When I was a little girl, I once went into one of those carnival funhouses with the mirrors. It was the one and only time I did so. I remember I didn’t get very far. I took one look at my distorted series of reflected images and high-tailed it out of there so fast, you could probably see my streak marks hang in the air.
Cut to about fourteen years later: I was nineteen or twenty years old when I was, once again, standing in front of multiple mirror images. Only this time, there was no carnival- and certainly, no fun. It was, instead, just me, choosing to stand and scrutinize myself in front of my three-way mirror, picking myself apart, via my disordered eating and body image behaviors.
It was often during those times that I would ask God why He made me in the first place. What was the point? Was the torment of eating disorders all there was? Were the constant weight and food battles all there was to me? I hated what I saw so much of the time, regardless of where I was on the scale. At my thinnest, I hated what I saw; at my heaviest, I hated what I saw. Did God see me the same way?
- Do you have eyes of flesh? Do you see as a mortal sees?” Job 10:4
Yeah, I was certainly living a Job kind of existence. It’s not a “skip to my loo” kind of approach. But no, God doesn’t stop at surface appearances – thank God! He looks deeper…
- …God does not see as humans see. Humans look at outward appearances, but the LORD looks into the heart.1 Samuel 16:7
And, isn’t that one of the problems for those of us dealing with eating disorders and body image issues? The old adage states there’s no reality, only perception. So, some of us perceive ourselves to be ugly and worthless. But is that the truth?
Scientific studies state that there is a chemical disturbance in the brain function of many who suffer from eating disorders like anorexia and bulimia. Simply stated, the brain wiring of these individuals prevents them from seeing their physical bodies as they actually are. Instead, they only see themselves as the distorted “funhouse mirror” version of themselves. You know the saying, “seeing is believing?” Well, I guess that’s what can happen if the brain can only register one particular perception, even if it’s an inaccurate one.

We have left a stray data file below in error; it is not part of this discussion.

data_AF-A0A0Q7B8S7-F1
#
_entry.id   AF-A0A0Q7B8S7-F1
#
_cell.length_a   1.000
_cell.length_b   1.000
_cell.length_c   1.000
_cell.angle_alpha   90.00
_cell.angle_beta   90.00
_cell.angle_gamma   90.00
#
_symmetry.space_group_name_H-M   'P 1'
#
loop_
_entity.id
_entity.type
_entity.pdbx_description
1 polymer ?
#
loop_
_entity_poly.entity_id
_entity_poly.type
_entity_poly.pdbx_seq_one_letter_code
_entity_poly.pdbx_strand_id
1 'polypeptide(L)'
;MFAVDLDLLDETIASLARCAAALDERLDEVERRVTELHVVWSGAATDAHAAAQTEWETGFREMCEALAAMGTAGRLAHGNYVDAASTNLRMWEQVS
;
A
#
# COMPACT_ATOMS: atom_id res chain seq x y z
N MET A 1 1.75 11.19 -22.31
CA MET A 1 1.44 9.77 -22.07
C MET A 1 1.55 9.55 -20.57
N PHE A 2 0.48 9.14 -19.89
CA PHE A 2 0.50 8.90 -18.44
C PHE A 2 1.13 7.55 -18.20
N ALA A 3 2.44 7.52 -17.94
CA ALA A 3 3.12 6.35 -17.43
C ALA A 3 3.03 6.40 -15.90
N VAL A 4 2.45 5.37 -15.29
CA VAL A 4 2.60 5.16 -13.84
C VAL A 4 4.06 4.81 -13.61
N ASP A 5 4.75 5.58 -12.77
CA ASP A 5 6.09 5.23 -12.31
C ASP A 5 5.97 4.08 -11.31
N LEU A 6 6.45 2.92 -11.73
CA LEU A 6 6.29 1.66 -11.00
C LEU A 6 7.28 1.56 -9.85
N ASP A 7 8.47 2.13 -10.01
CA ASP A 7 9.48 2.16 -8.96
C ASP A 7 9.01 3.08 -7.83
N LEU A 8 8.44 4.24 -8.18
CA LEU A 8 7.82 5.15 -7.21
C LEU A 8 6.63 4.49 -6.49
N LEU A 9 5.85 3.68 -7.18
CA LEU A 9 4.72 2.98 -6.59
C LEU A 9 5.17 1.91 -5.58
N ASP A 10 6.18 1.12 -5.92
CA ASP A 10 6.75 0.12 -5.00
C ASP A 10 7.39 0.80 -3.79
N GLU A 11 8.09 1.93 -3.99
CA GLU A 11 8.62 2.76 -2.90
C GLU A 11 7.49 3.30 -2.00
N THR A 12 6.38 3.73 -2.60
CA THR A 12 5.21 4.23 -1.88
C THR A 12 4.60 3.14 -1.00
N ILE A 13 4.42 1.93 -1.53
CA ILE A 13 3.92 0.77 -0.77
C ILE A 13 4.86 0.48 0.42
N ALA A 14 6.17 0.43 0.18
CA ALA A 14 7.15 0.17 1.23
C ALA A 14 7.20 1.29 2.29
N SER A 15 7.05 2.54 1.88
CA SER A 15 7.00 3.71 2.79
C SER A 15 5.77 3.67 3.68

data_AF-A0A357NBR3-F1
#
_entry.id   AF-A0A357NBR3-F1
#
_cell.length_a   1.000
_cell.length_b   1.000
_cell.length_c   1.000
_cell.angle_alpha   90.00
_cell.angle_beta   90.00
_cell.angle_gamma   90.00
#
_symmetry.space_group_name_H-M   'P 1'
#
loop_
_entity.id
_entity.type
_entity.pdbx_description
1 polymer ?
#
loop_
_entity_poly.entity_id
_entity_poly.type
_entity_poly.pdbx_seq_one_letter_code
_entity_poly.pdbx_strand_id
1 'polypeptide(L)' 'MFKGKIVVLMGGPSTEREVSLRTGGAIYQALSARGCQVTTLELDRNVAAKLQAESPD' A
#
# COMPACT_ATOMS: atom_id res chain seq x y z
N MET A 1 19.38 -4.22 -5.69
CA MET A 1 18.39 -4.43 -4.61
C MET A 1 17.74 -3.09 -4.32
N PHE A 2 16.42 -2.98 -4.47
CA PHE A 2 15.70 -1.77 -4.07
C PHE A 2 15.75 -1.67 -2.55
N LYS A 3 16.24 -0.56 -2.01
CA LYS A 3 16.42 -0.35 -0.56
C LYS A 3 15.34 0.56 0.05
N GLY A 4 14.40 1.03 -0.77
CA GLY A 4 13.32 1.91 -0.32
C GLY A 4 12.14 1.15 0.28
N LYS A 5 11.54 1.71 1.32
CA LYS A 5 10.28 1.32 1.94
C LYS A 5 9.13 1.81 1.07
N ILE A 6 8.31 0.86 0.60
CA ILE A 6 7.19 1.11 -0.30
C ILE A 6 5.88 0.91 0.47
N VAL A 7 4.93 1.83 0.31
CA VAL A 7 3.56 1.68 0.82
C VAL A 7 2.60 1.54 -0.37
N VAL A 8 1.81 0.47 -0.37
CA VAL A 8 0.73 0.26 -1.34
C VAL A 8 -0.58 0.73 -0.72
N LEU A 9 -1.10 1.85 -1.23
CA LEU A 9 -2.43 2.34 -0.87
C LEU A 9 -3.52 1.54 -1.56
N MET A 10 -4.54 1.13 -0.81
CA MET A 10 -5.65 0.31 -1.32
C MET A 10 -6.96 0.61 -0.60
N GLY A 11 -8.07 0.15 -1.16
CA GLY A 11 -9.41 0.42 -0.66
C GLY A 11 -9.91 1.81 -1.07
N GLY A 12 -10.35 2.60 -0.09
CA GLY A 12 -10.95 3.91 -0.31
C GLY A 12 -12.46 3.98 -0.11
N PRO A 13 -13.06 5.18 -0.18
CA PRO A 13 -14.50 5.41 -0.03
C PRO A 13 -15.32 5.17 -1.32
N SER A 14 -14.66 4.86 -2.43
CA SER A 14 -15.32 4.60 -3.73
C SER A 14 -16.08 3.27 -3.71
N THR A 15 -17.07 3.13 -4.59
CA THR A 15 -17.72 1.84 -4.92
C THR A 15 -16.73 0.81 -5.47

I believed that inaccurate perception for a long time.
And, as years have passed, I’ve also had a spiritual reawakening as well concerning my disordered eating and image issues. Eating disorders, at their core, are spiritual matters. For my own situation, I had to recognize and confront how I let my own eating disorder behavior become some form of idolatry.
Pleasant, isn’t it?
According to “The Oxford American Desk Dictionary and Thesaurus Second Edition,” the definition of idolatry reads as follows: “the worship of idols. great adulation. The image of a deity, etc., as an object of worship. The object of excessive or supreme adulation, a graven image icon, effigy, symbol, fetish, totem, god, hero or heroine, star, celebrity.”
Yeah, that covered it for me. Whether or not I knew it, my image desires and eating disorder behaviors were idols. I thought I was in control. But, before I knew it, all of my “little idols” turned into razor-sharp funhouse torture mirrors, mocking and threatening me. I had lost sight of my one true God.
- “I am the LORD thy God, which have brought thee out of the land of Egypt, out of the house of bondage. You shall have no other gods before me.” Exodus 20:2-3
And by disobeying that very first commandment, I had opened myself up to unnecessary pain. My eating disorders were not God’s Will or God’s fault. And, while it would be all too easy to blame myself here, I had to accept the fact that I was not completely hopeless; I still could make another choice. No matter how low I went with my eating disorders, there still was a way out: God.
- No temptation has overtaken you except what is common to humanity. God is faithful, and He will not allow you to be tempted beyond what you are able, but with the temptation He will also provide a way of escape so that you are able to bear it. 1 Corinthians 10:13
Like that childhood experience of the funhouse mirrors, I had a choice about what I could do. I could continue to stare into the scary, inaccurate reflections, or I could leave them and shift my view elsewhere? So, where- or more accurately, who- is that elsewhere?
Three letters- starting with a “G…”
- The name of the LORD is a strong tower; a righteous person rushes to it and is lifted up above the danger.
What’s your funhouse mirror? Is it an eating disorder? An addiction? Some other self-destructive behavior? Are you choosing to stare into that hopeless, futureless and lifeless reflection or are you choosing to look for God?
If the funhouse isn’t so fun, then what? What will you do? You do have a better option out there. There is a better reflection, waiting to look back at you. Will you choose it?